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Eagle Insurance Co. v. Fathollahi


July 23, 2009


On appeal from Superior Court of New Jersey, Law Division, Passaic County, L-2621-04.

Per curiam.


Submitted March 11, 2009

Before Judges A. A. Rodríguez and Payne.

In this subrogation action, plaintiff, Eagle Insurance Company, sued defendant, Minoosh Fathollahi, for recovery of uninsured motorist, personal injury protection, and property damage benefits paid by Eagle after Fathollahi rear-ended a car owned by Eagle insured, Miquel Soraino, and driven by Yecenia Vasquez-Cortez. At the time of the accident, Fathollahi's car was unregistered and uninsured. The accident occurred in Little Ferry, New Jersey, apparently on October 16, 2001. The police report erroneously listed the accident as occurring on October 16, 2002, as did Eagle's complaint. However, the summons bore the 2001 date, and evidence demonstrated that applicable fines were paid by Fathollahi prior to October 16, 2002. Additionally, in a certification dated March 29, 2007 in support of an order to show cause, Fathollahi stated:

Plaintiff's Complaint was filed on June 14, 2004 which is 2 years and 8 months after the motor vehicle accident which occurred on October 16, 2001. I understand that this is beyond the statute of limitations for personal injury actions.

The evidence thus supports the conclusion that the police report and complaint were in error and that the accident occurred in 2001. On that date, Fathollahi was a New Jersey resident. She moved to Florida in December 2001. Nonetheless, Fathollahi has taken the position throughout this litigation that the accident took place in 2002 while she resided in Florida, and that she was not present in New Jersey on October 16, 2002.


This case has a tortured procedural history. As stated, Eagle filed its complaint on June 14, 2004 seeking recovery for moneys expended as the result of an October 2002 accident. Fathollahi answered the complaint and moved for dismissal on the ground of lack of personal jurisdiction, basing her right to relief on the erroneous 2002 accident date. Nonetheless, for reasons that are not clear from the record, a final judgment by default was entered against her, and her jurisdictional motion was not adjudicated. On appeal, we reversed and remanded for consideration of the jurisdictional motion, stating in our opinion that, on remand, Fathollahi could move in the trial court to vacate the default judgment against her pursuant to Rule 4:50-1. See Eagle Ins. Co. v. Fathollahi, No. A-3145-04T5 (App. Div. January 20, 2006).

Following additional procedural steps, in an order dated April 25, 2007, the motion judge entered an order vacating the default judgment, restoring the case to the trial list, directing the Motor Vehicle Commission to reinstate Fathollahi's previously-suspended driving privileges, and permitting Fathollahi to file an answer or otherwise plead by May 15, 2007.

On May 14, 2007, Fathollahi again filed a motion to dismiss the complaint for lack of personal jurisdiction, again relying on a 2002 accident date and her absence from New Jersey at that time. Eagle's counsel neglected to file opposition, and an order was entered dismissing its complaint with prejudice for lack of personal jurisdiction on June 25, 2007. However, the motion judge was apparently skeptical of Fathollahi's position, since he wrote on the order, "although the facts do appear to be confusing the Plaintiff has not provided any opposition."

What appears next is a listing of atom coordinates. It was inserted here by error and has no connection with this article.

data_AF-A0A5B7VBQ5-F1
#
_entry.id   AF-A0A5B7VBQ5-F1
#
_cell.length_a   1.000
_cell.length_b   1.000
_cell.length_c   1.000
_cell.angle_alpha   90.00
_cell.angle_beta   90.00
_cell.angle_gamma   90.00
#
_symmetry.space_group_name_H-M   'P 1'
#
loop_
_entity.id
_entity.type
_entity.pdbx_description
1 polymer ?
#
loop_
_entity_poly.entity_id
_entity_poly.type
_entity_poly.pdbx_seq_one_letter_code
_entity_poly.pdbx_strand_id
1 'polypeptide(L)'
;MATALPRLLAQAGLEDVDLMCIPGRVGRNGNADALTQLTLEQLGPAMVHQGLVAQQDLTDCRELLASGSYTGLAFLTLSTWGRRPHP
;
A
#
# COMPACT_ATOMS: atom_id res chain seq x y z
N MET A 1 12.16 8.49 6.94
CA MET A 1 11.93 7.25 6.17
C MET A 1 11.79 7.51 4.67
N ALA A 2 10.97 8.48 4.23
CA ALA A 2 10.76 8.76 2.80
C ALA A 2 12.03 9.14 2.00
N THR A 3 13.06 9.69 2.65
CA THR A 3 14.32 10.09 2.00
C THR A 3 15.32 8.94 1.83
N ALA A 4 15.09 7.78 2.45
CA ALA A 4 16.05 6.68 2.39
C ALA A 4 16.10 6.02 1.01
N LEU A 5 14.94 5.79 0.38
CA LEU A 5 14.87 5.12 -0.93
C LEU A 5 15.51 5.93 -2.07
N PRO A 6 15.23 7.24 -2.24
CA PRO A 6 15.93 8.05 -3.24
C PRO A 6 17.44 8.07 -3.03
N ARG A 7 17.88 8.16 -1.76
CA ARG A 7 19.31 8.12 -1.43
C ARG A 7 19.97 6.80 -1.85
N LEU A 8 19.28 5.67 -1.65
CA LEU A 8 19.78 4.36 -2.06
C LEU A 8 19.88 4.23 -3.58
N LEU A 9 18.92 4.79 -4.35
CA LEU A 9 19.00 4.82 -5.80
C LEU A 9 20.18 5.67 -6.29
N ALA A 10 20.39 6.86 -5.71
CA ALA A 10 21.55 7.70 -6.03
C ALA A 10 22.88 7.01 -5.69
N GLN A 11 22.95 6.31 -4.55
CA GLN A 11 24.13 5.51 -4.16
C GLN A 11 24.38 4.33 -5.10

On July 6, 2007, Eagle moved to vacate the order of dismissal and to reinstate the complaint. In a certification in support of the motion, counsel stated that the file in the matter had been mistakenly closed following a substantial period of inactivity, and as a result, Fathollahi's motion had not been brought to his attention. Eagle's motion was served upon Fathollahi on July 19, 2007, and on July 23, 2007, Fathollahi filed opposition to it. By order dated August 3, 2007, the trial court granted the motion, vacating the dismissal and restoring the complaint to the active trial calendar with a trial date of October 22, 2007. On the order, the motion judge wrote: "This application is granted. It is evident this accident occurred in Oct. of 2001. Defendant, while not technically lying to this court, has played fast and loose."

On August 18, 2007, Fathollahi served interrogatories and a document demand upon Eagle, to which Eagle declined to respond, noting that the discovery requests had been served after the period for discovery had ended. Additionally, Eagle was successful in obtaining an order quashing a subpoena served by Fathollahi on a non-party New York deputy rehabilitator of the American Insurance Management Group, Inc.*fn1

On August 27, 2007, Fathollahi moved for reconsideration of the court's August 3, 2007 order vacating the dismissal entered against Eagle and finding personal jurisdiction to exist. On September 2, 2007, the motion was denied, with the following comment:

There is clearly a fact issue of when this accident occurred. If it occurred in 2001 it appears clearly this court has jurisdiction over defendant. Trial date remains 10/22/07. No further adjournments granted.

Fathollahi's subsequent motion before us for leave to appeal was denied on October 25, 2007.

Additionally, two requests by Fathollahi in the trial court for adjournment of trial were denied. In an order dated October 12, 2007, the trial court noted:

Defendant has not cited any viable reasons warranting an adjournment. This defendant continues to play fast and loose with this court and has misrepresented the facts on at least 2 prior occasions to the court.

Fathollahi's further motion before us for emergent relief and an adjournment of trial was denied.

Additional subsequent attempts by Fathollahi to obtain assignment of the case to discovery Track II, pursuant to Rule 4:5A, to adjourn the trial date, and to stay proceedings pending appeal were likewise rejected.

On October 22, a default was entered against Fathollahi when she failed to appear for trial. A default judgment was entered against her in the amount of $21,049.51 on January 4, 2008.